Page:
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Credibility: College Kids, Credit Cards, And Avoiding Credit Disaster

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By Mia Bolaris-Forget

College kids are often bogged down with lots of credits, but as of recently none of those will have anything to do with a credit card or credit score.

A recent bill signed into law last year prevents lenders for granting credit cards to anyone under 21 years of age unless they get a parent or guardian to co-sign and/or provide proof of ability to make payments.

The new legislation is geared at preventing young adults from ruining their credit by spending carelessly and incurring debt they are unprepared and unable to pay. Experts note that many young adults who go out into the "real world" without a good credit history find it difficult to transition into adulthood and adult responsibilities because they don't qualify for a car loan, renting an apartment, or even getting a job.

However, despite the restrictions, parents can help their "children" via the following alternatives.

* Include your child to a credit card as an authorized user. Put restrictions on your child about usage, but even when YOU use the card you help your child establish some credit and when he or she uses the card, there is another responsible party (you) to ensure payment.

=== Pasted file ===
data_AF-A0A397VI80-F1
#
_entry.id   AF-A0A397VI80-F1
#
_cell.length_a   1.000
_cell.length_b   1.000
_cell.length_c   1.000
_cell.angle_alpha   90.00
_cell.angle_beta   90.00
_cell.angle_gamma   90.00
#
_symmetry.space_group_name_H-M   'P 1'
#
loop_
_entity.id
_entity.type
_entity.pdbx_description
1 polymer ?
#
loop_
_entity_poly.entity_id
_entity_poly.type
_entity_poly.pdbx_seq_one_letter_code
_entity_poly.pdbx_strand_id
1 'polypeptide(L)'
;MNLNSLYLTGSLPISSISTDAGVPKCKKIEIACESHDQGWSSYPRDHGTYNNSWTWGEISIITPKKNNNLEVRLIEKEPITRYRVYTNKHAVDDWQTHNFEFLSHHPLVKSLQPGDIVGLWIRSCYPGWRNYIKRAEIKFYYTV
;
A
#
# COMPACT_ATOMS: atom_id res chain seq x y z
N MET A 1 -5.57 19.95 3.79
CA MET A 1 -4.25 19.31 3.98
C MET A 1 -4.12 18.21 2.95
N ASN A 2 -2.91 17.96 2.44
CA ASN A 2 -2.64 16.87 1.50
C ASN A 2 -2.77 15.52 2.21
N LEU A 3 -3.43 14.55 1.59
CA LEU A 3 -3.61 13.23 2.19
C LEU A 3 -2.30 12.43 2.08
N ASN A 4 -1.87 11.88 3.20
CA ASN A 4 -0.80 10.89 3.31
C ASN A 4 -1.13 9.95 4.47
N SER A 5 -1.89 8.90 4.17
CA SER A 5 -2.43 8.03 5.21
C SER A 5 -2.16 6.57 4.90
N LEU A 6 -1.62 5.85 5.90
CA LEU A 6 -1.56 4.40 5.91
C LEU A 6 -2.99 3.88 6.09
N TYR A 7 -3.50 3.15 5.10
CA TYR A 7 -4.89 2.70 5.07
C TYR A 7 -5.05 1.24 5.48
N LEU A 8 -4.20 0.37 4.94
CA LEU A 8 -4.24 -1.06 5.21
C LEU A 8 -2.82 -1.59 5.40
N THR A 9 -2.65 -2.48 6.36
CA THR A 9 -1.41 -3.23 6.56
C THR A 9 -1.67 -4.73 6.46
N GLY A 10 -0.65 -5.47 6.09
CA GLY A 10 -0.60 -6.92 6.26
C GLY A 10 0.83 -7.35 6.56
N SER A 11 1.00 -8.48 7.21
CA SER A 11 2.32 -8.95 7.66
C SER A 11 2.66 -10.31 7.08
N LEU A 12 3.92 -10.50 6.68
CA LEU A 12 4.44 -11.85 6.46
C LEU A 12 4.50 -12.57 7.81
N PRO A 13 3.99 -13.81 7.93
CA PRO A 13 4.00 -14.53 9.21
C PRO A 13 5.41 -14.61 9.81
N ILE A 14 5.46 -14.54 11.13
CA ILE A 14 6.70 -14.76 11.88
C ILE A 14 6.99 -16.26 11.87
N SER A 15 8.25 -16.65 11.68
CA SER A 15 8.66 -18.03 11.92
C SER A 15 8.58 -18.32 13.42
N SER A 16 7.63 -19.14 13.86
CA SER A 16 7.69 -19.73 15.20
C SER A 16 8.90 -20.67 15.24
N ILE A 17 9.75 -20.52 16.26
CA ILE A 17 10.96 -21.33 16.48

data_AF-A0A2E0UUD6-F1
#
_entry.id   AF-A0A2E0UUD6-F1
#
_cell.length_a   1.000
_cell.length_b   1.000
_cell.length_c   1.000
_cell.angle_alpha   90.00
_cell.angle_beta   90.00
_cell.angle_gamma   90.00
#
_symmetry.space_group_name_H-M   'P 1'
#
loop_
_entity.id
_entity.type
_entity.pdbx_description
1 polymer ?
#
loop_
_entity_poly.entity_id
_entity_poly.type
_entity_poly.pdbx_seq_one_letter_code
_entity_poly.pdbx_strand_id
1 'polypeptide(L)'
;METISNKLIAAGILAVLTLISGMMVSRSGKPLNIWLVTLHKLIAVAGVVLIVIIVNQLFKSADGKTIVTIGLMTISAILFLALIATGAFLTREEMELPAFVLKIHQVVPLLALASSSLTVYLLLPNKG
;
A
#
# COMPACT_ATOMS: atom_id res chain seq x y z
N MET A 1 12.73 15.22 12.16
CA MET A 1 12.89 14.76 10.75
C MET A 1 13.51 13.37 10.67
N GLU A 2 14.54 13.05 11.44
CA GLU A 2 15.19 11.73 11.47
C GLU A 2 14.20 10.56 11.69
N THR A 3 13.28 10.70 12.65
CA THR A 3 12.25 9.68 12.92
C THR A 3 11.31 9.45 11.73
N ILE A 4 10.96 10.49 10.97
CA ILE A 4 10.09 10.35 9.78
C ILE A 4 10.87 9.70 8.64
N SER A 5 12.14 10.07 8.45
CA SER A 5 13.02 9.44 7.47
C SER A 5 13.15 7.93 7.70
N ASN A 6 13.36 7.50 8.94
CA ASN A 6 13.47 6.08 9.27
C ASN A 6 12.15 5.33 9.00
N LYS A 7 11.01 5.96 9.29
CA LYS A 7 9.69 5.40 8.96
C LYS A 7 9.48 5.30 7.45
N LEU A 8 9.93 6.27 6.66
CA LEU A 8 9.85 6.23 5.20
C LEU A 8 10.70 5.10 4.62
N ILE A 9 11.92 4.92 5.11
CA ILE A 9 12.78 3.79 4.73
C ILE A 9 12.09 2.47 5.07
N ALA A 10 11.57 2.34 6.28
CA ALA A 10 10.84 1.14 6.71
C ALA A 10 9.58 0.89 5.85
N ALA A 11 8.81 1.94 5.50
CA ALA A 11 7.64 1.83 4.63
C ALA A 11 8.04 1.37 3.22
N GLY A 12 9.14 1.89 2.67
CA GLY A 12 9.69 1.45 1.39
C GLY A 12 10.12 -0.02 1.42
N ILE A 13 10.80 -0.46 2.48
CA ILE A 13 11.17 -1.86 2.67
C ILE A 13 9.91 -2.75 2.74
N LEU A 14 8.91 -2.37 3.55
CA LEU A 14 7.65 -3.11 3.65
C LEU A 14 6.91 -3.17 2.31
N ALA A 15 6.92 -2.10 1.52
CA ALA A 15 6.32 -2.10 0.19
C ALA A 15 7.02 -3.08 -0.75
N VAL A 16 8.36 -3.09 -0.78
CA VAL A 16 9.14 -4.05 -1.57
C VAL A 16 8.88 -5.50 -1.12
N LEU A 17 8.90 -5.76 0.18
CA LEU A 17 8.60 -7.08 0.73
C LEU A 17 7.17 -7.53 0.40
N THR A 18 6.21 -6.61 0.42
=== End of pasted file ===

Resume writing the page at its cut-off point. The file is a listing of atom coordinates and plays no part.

* You can co-sign a card for your child. This allow your budding young adult to have a card entirely in his or her name....most likely at a lower interest rate than for most full-fledged adults. However, because you are a co-signer you will also receive a monthly statement that can help you monitor or supervise activity. However, spending limits can be increased without your approval. And, keep in mind that if the card is abused or payments are missed, your credit score will be affected and you don't have the right to shut down the account without your child's knowledge or consent. For this reason, many opt to simply add the child to their account as an authorized user....keeping you in control.

* Do your homework. Find out if your youngster is eligible for a card of his or her own based on part time jobs. Typically these cards will have a lower interest rate and a lower spending limit.

* Look into a debit card instead. Using a debit card allows you to keep track of your child's spending. However, a debit card will do nothing for your child's credit history....but it will teach him or her how to handle money. This option may be a good idea for younger tweens and teens helping them prepare for the real thing by the time they are ready for college or the real world.

Long Island Money & Careers Articles > Credibility: College Kids, Credit Cards, And Avoiding Credit Disaster

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